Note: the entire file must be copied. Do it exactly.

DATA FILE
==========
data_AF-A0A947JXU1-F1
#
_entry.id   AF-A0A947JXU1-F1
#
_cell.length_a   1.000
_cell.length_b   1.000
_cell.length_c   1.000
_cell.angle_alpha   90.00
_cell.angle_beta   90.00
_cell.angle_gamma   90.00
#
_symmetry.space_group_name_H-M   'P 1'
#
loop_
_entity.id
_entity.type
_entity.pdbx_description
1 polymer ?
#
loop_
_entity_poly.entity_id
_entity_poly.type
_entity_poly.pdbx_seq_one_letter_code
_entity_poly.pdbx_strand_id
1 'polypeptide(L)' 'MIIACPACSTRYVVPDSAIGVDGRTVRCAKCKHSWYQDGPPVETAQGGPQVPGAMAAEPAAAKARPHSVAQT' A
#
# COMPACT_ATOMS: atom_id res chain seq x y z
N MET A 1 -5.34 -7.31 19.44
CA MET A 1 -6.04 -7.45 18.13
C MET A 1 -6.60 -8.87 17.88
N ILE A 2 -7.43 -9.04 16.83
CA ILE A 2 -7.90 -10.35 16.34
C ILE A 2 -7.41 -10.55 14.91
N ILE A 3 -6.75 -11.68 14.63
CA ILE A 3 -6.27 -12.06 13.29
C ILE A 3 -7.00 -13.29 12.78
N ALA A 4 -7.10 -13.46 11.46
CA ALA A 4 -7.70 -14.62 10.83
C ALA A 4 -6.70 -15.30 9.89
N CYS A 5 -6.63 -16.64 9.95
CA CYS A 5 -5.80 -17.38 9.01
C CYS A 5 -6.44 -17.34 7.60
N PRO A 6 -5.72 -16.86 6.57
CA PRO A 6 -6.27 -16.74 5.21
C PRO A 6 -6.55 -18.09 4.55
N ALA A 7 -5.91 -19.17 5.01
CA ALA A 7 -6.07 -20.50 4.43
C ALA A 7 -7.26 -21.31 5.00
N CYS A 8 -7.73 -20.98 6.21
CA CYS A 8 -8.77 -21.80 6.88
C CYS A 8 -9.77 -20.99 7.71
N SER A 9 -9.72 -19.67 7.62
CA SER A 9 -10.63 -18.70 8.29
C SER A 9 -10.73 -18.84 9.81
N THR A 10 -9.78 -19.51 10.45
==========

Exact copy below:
data_AF-A0A947JXU1-F1
#
_entry.id   AF-A0A947JXU1-F1
#
_cell.length_a   1.000
_cell.length_b   1.000
_cell.length_c   1.000
_cell.angle_alpha   90.00
_cell.angle_beta   90.00
_cell.angle_gamma   90.00
#
_symmetry.space_group_name_H-M   'P 1'
#
loop_
_entity.id
_entity.type
_entity.pdbx_description
1 polymer ?
#
loop_
_entity_poly.entity_id
_entity_poly.type
_entity_poly.pdbx_seq_one_letter_code
_entity_poly.pdbx_strand_id
1 'polypeptide(L)' 'MIIACPACSTRYVVPDSAIGVDGRTVRCAKCKHSWYQDGPPVETAQGGPQVPGAMAAEPAAAKARPHSVAQT' A
#
# COMPACT_ATOMS: atom_id res chain seq x y z
N MET A 1 -5.34 -7.31 19.44
CA MET A 1 -6.04 -7.45 18.13
C MET A 1 -6.60 -8.87 17.88
N ILE A 2 -7.43 -9.04 16.83
CA ILE A 2 -7.90 -10.35 16.34
C ILE A 2 -7.41 -10.55 14.91
N ILE A 3 -6.75 -11.68 14.63
CA ILE A 3 -6.27 -12.06 13.29
C ILE A 3 -7.00 -13.29 12.78
N ALA A 4 -7.10 -13.46 11.46
CA ALA A 4 -7.70 -14.62 10.83
C ALA A 4 -6.70 -15.30 9.89
N CYS A 5 -6.63 -16.64 9.95
CA CYS A 5 -5.80 -17.38 9.01
C CYS A 5 -6.44 -17.34 7.60
N PRO A 6 -5.72 -16.86 6.57
CA PRO A 6 -6.27 -16.74 5.21
C PRO A 6 -6.55 -18.09 4.55
N ALA A 7 -5.91 -19.17 5.01
CA ALA A 7 -6.07 -20.50 4.43
C ALA A 7 -7.26 -21.31 5.00
N CYS A 8 -7.73 -20.98 6.21
CA CYS A 8 -8.77 -21.80 6.88
C CYS A 8 -9.77 -20.99 7.71
N SER A 9 -9.72 -19.67 7.62
CA SER A 9 -10.63 -18.70 8.29
C SER A 9 -10.73 -18.84 9.81
N THR A 10 -9.78 -19.51 10.45